A spokesman for the company, America's second largest long-distance operator, said: "We believe the terms of the merger will remain in place and we expect the merger to move forward as planned."
Stock market speculators, otherwise known as arbitrageurs, stand to lose huge sums of money - perhaps as much as pounds 1bn - if the merger terms are altered substantially or if the deal is called off altogether.
Despite MCI's insistence that the merger will go ahead as announced, a number of BT's largest institutional shareholders have warned that it now has no option but to renegotiate the terms after MCI warned it could lose $800m this year on its move into the local US telephone market and as much as $1bn next year.
BT may need to reduce the offer price by as much as $2bn to compensate. But some analysts are arguing the price should be reduced even further or BT should pull out altogether and pay the $150m penalty fee it would incur.
The shock profits warning and the apparent stand-off between the two companies is likely to mean fireworks when shareholders gather for BT's annual meeting in Edinburgh tomorrow. What had been billed as a routine, boring agm has suddenly escalated in importance as the BT board frantically prepares to placate angry shareholders.
Investors will demand to know why the profits warning came so late and so unexpectedly and how BT proposes to modify the terms of the deal.
MCI's two most senior executives - chief executive Bert Roberts and chief operating officer Gerald Taylor - will be at the agm in their capacity as non-executive directors of BT and are likely to face heavy flak from angry shareholders who voted the deal through overwhelmingly three months ago.
The merger agreement gives both sides the right to renegotiate the terms should there be a material change in the circumstances of either company. BT's institutional shareholders argue that a profits warning which in effect robs the merged company of any earnings growth for two to three years should trigger a renegotiation.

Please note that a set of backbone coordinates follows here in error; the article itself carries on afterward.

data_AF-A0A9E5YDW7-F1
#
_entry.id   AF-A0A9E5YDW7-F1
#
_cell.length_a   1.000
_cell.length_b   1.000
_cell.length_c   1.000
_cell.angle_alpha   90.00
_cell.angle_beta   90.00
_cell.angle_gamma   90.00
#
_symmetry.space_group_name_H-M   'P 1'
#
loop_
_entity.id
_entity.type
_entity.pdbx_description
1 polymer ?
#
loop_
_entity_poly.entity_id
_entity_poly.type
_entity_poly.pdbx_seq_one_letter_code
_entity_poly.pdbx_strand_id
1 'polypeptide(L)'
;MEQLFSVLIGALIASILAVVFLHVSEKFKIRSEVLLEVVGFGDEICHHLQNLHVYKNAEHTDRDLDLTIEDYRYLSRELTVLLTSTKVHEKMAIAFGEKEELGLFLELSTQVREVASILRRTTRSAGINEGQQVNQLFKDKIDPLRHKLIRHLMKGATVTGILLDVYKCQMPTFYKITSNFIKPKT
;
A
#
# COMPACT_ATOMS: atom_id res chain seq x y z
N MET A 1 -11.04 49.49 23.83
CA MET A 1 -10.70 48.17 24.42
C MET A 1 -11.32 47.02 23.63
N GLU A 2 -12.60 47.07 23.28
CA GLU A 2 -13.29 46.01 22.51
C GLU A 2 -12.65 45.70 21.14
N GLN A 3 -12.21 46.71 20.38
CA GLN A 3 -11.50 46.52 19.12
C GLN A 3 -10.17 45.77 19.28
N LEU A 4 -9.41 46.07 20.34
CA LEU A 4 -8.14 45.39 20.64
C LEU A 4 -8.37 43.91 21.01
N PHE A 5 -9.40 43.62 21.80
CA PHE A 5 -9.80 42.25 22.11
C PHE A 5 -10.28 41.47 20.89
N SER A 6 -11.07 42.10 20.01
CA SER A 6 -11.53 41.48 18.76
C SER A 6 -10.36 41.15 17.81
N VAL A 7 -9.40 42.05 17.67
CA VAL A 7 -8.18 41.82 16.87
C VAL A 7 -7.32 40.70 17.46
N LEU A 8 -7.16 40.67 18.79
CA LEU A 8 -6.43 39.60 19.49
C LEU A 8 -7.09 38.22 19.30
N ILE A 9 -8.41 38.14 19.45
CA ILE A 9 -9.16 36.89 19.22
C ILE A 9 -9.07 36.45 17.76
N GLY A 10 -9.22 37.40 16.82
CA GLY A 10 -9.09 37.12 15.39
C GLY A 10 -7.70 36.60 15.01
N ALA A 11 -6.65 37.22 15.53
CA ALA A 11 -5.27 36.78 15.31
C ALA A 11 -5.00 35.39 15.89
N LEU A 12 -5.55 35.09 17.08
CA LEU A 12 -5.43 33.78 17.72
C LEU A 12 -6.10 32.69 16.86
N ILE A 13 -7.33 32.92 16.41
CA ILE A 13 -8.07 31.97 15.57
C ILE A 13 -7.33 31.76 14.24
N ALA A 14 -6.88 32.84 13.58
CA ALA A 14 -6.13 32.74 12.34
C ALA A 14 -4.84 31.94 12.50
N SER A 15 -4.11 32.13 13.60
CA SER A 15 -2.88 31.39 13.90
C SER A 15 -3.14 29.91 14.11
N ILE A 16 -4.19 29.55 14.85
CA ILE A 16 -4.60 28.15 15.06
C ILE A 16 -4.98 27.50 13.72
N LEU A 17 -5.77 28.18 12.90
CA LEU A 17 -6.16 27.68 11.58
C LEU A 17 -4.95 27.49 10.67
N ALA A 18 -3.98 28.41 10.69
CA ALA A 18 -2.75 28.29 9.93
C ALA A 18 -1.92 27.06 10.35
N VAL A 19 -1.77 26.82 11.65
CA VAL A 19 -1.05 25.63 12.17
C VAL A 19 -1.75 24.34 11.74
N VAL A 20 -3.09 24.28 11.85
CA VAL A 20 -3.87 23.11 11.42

However, MCI shareholders, including a number of "arbs", are likely to argue that the increased pension liabilities BT faces following the abolition of dividend tax credits also amount to a material change. BT estimates that the changes, announced in the Budget, will reduce pre- tax profits by pounds 150m-pounds 200m a year.
The arbs are in a heavily exposed position because of the way they have sought to exploit the gap between the price of MCI shares and the terms on offer from BT.
BT is paying 5.4 BT shares and $6 in cash for every MCI share which, before the profits warning, produced a spread of up to 10 per cent between MCI's offer price and its market price.
The arbs have in effect been buying into BT cheaply by acquiring MCI shares and going short on BT - offering to sell shares they do not own in the expectation of being able to cover their positions when the deal goes through.
One BT insider said that it had been inundated with frantic calls from arbs last Thursday evening when the profit warning emerged. "We took scores of calls from arbs saying they would be driven into bankruptcy. One of them was almost in tears. He wanted me to tell him he was just having a bad dream."
BT's finance director, Robert Brace, will fly out to the US after the agm, heading up a team that will assess the MCI profit warning and its plans for entering the US domestic market and report back on whether the merger terms need amending.
BT described reports that it would demand the resignations of two senior MCI executives as "speculation". MCI also played down suggestions that the two - finance director Doug Maine, who is due to become finance director of the merged group, Concert, and Tim Price, head of its US telephone business - would be forced out. "MCI has a very strong management team," said the spokesman.
BT shares closed 16p higher last night at 456.5p having fallen by 8 per cent last Friday in the wake of the profits warning, while MCI shares were $2.25 firmer at $37.25.
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